I passed by the boarded-up remnants of the Doggie Diner today, the former Fatso Epicenter of San Francisco, CA. Despite what some conservatives would have you believe, the Sanctuary City is still, at its heart, an American city, and like all good Americans we embrace fatty foods as long as they don’t offset our dietary balance of tofu, radicchio, and granola. The Doggie Diner existed for many decades since 1949, built during the heyday of greasy American comfort food. Despite riding out various attempts at closure with the aid of its status as a historic landmark, and it wasn’t until recently when the pressures of exorbitant land rents and the changing state of the dining industry finally forced the iconic restaurant out of business. Nevertheless, the Doggie Diner lives on in the memories of San Franciscans as a symbol of a bygone era of American history and culture.
The Doggie Diner was situated right by the shore of Ocean Beach, adjacent to the scenic Great Highway and the San Francisco Zoo and easily visible from the road by a massive ceramic Weiner dog head wearing a chef’s hat. The exterior was unremarkable, just a nondescript square building with the word “CAROUSEL” painted over the door. The interior, however, revealed the Doggie Diner for what it truly was: a grimy, dubious dive that would cause most customers to fear for the integrity of the food being sold. Mildew-speckled tiles lined the walls, with the surfaces completely coated with a thin layer of residual grease from the kitchen. Strips of yellow fly paper were suspended from the ceiling of the dining area, each dotted with the carcasses of flies that were too stupid to avoid the adhesive surfaces. Children were kept entertained throughout the dining experience with the various trinket-vending machines and arcade consoles, each mechanical contraption decorated with greasy fingerprints left behind by grubby little child paws.
But enough about the ambiance of the dining establishment— this is FatQuest 2008, after all, and you’re reading this to find out about the fatty heart-stoppers that passed for food at the Doggie Diner. The diner sold all sorts of classic American foods, ranging from milkshakes, corn dogs, chili fries, and hamburgers. The worst item on the menu by far was the Double Bacon Western Cheeseburger. This culinary monstrosity consisted of two slabs of ground beef layered with slices of American cheese, decked out with hamburger vegetable accoutrement: pickles, onions, lettuce, and tomato. For the finishing touch, onion rings and strips of bacon were wedged into the tower of gluttony and slathered with barbeque sauce. The finished product was truly a sight to behold, a Frankenstinian stack of food dripping with grease and unable to even support its own weight.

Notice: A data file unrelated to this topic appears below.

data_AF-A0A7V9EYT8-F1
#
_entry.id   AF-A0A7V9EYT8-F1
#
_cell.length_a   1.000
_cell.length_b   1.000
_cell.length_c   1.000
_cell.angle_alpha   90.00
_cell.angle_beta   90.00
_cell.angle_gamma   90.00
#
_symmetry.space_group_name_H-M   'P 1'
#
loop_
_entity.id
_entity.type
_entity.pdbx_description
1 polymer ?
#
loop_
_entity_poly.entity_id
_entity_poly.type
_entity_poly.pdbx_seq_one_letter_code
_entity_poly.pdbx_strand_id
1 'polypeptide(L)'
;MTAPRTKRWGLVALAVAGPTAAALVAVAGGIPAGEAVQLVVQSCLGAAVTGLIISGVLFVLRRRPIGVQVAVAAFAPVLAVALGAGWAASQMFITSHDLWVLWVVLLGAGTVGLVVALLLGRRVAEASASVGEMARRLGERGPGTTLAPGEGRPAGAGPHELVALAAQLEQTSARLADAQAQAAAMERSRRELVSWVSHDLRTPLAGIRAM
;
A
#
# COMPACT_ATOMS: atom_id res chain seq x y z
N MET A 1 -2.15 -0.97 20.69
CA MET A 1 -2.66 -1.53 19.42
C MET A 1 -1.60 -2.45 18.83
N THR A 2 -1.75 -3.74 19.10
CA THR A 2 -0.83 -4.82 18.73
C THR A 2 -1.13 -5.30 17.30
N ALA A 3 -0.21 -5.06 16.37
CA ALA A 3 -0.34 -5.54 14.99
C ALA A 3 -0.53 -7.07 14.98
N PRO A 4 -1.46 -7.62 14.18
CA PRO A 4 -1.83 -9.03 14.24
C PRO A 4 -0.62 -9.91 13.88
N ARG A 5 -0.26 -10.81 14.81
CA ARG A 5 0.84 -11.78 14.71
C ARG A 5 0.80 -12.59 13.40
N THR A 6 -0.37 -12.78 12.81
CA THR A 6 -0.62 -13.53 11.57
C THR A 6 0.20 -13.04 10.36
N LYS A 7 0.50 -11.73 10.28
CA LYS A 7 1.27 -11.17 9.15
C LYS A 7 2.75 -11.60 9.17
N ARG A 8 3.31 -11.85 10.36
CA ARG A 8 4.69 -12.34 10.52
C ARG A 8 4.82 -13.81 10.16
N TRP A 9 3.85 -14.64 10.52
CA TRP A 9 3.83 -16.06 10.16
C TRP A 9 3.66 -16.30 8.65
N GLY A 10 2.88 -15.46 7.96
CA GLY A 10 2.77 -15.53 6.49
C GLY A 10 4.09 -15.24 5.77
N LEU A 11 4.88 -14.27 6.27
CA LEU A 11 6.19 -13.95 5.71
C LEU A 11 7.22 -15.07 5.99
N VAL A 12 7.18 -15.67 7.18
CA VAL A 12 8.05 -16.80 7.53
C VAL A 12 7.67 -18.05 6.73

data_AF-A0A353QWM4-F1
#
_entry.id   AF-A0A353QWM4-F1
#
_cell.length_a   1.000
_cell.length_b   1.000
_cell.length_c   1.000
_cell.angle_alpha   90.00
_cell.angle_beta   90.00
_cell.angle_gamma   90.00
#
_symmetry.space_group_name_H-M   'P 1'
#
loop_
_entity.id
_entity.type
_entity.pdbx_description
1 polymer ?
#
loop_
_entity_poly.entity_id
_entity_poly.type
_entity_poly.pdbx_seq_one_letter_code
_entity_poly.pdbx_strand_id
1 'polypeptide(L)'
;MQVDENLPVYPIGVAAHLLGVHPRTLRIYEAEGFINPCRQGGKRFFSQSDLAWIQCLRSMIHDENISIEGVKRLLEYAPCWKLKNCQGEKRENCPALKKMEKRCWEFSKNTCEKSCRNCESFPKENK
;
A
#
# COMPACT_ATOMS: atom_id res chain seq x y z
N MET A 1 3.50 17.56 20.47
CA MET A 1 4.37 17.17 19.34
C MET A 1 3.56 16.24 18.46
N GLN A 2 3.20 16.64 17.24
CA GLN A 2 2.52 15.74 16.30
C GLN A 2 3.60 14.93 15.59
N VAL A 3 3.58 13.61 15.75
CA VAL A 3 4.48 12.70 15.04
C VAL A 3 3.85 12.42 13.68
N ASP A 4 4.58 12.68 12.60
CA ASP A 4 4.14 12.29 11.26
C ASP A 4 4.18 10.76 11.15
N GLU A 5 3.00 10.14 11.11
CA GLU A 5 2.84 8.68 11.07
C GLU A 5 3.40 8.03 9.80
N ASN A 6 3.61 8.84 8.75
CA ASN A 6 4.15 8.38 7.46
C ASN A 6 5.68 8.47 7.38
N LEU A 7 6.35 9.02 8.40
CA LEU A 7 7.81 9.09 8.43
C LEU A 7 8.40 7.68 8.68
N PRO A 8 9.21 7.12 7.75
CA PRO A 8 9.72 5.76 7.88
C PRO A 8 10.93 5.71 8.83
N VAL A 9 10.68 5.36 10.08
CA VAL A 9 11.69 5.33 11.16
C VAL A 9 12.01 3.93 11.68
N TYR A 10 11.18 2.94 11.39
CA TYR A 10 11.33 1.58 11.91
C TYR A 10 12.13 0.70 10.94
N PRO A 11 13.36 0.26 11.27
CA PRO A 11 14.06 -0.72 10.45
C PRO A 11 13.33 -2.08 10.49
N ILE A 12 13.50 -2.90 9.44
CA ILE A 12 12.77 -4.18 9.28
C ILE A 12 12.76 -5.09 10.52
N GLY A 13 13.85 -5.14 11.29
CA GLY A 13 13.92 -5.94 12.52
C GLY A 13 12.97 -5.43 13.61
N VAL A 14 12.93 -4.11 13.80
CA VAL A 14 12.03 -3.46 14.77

I still remember the last time I went to the Doggie Diner before leaving for college, and in the four years of poor dietary choices I made while I attended the university, I never even came close to eating anything quite as terrible as that one notorious Doggie Diner Double Bacon Western Cheeseburger. The gruff Asian lady cashier announced my order when it was ready, uncouthly shouting out “Doublebaconwesterncheeseburgerwifstlawberrymilkshake!” at the top of her lungs. A brief silence descended on the diner— I could feel the eyes of the diner patrons judging me by the content of my gluttonous, decadent meal. I returned to my girlfriend with my meal in hand. She, being a vegetarian, took one look at it and warned me, “I’m not kissing you if you eat that… thing.” I remained unfazed by her Lysistrata inspired threat; I bought the burger and I was damn well going to enjoy it. With the jaw-unhinging skill of a python, I managed fit the length of the burger into my mouth for one solid, definitive bite.
The blending of the flavors of the American cheese and barbeque sauce, the textures of the breaded onion rings and juicy ground beef all mixed together into an epicurean orgasm in the mouth. I could feel my strained heart skip a beat, anticipating and dreading the inevitable flood of artery-clogging fat. It knew that I would not abandon my quest to consume that burger, not after that first hearty, indulgent bite. By the time I finished the burger, I gave up on all notion of making out with my girlfriend, but I was beyond caring. I consumed one of the most sinful dishes ever procured by man, and I survived.